2. The conflict in Darfur is often described as being between black Africans and Arabs. The book shows that the conflict is more complicated than that. What are some of the root causes of the conflict in Darfur? How did the African farmers and Arab nomads live together before the conflict? What are the similarities to other conflicts around the world? How can these conflicts be prevented in the future, particularly in light of global warming?

3. What specific steps can the world take to help ensure that Darfuris are allowed to return home, and to send the message that genocide doesn't work? Do you think genocide has worked so far in this conflict or in others? Can it be prevented in the future? If so, how?

4. Daoud describes the suffering of Darfuri refugees, particularly women and children. How are women and children refugees most vulnerable and what can be done to help them? What is the difference between refugees and internally displaced persons? Where else in the world do large numbers of refugees live? What do you know about them, and what is being done to help them survive and eventually return home?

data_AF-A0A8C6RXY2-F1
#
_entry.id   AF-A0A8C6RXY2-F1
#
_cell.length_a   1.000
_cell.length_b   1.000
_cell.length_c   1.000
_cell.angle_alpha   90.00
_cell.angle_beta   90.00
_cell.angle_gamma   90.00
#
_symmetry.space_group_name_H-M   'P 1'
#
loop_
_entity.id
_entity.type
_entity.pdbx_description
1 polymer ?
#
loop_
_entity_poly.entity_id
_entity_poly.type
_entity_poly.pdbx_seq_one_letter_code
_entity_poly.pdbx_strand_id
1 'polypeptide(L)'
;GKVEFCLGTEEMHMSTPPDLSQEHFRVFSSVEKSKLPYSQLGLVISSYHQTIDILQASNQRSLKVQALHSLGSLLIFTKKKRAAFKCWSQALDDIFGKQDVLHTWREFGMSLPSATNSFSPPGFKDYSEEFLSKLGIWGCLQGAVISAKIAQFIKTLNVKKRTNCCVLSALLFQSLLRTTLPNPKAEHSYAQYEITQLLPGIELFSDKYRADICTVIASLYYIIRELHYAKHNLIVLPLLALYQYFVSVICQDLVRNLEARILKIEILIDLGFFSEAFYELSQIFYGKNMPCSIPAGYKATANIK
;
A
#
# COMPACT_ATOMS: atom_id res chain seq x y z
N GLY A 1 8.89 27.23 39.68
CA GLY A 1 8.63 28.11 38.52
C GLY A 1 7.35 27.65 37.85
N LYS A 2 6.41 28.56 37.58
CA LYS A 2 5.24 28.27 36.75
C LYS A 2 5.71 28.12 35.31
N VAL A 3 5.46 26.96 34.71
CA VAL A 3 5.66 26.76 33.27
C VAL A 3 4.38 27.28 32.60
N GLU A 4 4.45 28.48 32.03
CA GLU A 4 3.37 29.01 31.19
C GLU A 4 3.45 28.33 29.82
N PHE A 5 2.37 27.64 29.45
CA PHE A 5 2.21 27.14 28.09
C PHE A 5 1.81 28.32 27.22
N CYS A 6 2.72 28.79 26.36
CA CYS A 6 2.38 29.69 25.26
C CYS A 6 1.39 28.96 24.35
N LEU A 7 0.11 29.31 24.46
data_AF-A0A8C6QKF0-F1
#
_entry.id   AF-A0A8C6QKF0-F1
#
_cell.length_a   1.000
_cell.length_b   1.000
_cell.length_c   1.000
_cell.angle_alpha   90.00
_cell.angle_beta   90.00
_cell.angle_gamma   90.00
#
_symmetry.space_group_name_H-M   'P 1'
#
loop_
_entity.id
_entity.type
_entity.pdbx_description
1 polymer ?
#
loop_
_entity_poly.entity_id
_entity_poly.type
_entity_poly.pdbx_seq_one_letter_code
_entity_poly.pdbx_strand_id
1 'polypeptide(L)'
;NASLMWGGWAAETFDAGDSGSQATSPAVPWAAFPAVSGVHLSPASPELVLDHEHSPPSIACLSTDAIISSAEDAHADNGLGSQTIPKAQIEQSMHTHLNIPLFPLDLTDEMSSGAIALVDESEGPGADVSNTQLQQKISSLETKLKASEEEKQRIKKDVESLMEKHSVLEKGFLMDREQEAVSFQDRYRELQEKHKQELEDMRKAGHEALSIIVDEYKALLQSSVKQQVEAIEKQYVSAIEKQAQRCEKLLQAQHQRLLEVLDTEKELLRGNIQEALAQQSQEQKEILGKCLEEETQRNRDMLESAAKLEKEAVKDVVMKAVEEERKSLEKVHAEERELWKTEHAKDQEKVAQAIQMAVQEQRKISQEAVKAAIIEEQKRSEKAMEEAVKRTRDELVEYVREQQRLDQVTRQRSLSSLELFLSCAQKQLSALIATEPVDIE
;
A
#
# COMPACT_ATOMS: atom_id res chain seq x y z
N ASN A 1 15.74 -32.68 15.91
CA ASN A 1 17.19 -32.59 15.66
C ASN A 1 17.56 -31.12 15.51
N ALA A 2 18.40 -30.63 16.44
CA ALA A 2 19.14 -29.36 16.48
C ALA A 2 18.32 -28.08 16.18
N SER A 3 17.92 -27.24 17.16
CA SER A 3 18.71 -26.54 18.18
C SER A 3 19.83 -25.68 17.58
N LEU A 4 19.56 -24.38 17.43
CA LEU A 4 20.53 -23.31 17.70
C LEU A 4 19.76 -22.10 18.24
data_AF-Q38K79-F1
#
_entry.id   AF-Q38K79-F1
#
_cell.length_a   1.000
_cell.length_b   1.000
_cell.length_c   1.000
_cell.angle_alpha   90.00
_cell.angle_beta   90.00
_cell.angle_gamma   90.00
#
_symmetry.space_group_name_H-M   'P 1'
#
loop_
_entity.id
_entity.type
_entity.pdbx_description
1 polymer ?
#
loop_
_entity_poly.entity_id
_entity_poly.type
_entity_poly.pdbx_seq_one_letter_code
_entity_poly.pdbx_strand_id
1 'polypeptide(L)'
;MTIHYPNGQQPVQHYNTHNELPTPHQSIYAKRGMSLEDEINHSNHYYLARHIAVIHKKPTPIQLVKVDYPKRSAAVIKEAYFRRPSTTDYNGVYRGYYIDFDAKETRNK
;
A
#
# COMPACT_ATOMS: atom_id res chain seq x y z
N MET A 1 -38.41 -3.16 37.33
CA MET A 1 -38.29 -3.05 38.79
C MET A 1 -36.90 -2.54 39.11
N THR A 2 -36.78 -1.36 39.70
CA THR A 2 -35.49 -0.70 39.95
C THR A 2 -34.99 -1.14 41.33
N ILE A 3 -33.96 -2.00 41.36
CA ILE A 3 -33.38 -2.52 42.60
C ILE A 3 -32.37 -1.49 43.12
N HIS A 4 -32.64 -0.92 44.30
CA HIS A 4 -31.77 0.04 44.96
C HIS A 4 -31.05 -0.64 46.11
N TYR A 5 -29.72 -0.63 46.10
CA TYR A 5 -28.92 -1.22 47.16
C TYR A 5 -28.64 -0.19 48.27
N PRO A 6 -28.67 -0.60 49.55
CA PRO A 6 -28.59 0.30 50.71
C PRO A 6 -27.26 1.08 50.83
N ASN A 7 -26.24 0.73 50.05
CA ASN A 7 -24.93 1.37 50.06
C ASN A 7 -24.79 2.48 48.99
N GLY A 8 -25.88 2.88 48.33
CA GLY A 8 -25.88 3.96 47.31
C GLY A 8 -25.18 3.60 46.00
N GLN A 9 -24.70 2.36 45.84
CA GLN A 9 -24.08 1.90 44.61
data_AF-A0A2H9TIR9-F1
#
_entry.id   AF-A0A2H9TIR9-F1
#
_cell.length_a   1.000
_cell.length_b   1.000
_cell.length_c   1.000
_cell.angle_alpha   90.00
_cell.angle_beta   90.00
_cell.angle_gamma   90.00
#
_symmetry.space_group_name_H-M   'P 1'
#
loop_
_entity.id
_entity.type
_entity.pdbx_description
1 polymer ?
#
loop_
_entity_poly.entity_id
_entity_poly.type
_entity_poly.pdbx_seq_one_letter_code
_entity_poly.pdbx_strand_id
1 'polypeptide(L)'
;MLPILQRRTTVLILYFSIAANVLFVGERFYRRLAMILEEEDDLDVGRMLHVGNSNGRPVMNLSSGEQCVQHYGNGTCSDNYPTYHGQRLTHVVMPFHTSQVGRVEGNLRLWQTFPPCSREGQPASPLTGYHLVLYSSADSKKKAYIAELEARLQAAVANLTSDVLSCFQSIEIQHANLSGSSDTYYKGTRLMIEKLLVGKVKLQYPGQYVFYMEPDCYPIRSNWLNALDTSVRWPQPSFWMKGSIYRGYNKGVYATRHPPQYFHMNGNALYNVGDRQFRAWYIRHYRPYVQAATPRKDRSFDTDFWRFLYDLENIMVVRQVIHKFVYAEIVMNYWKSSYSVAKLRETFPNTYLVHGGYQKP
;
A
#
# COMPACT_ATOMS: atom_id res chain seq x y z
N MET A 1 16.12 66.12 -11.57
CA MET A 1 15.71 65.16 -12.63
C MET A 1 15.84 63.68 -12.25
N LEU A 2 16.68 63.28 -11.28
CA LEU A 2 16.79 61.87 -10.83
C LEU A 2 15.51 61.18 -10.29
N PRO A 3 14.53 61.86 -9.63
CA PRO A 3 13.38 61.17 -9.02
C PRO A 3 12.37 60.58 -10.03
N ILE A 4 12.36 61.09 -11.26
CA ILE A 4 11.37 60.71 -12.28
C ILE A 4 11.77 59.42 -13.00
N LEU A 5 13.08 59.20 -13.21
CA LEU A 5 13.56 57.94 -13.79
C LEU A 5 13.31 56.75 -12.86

5. When Daoud is in the small jail near Aswan, Egypt, with the old jailer, and he finds the Egyptian hundred-pound note in a pocket he had forgotten existed, he says that the note "was so folded and faded that I think it was waiting for me for a long time in that pocket, in the way that many things are waiting for us to be ready to receive them." What does Daoud mean by this? Can you describe how this could apply to your own life?

6. Daoud says at the end of the book that it is likely people are still being killed in Darfur and suffering in the camps as you read the book. What were the most recent events in Darfur when you read the book? How can you act to promote peace in Darfur and to help ensure that the refugees are returned to their land? What actions should the international community take?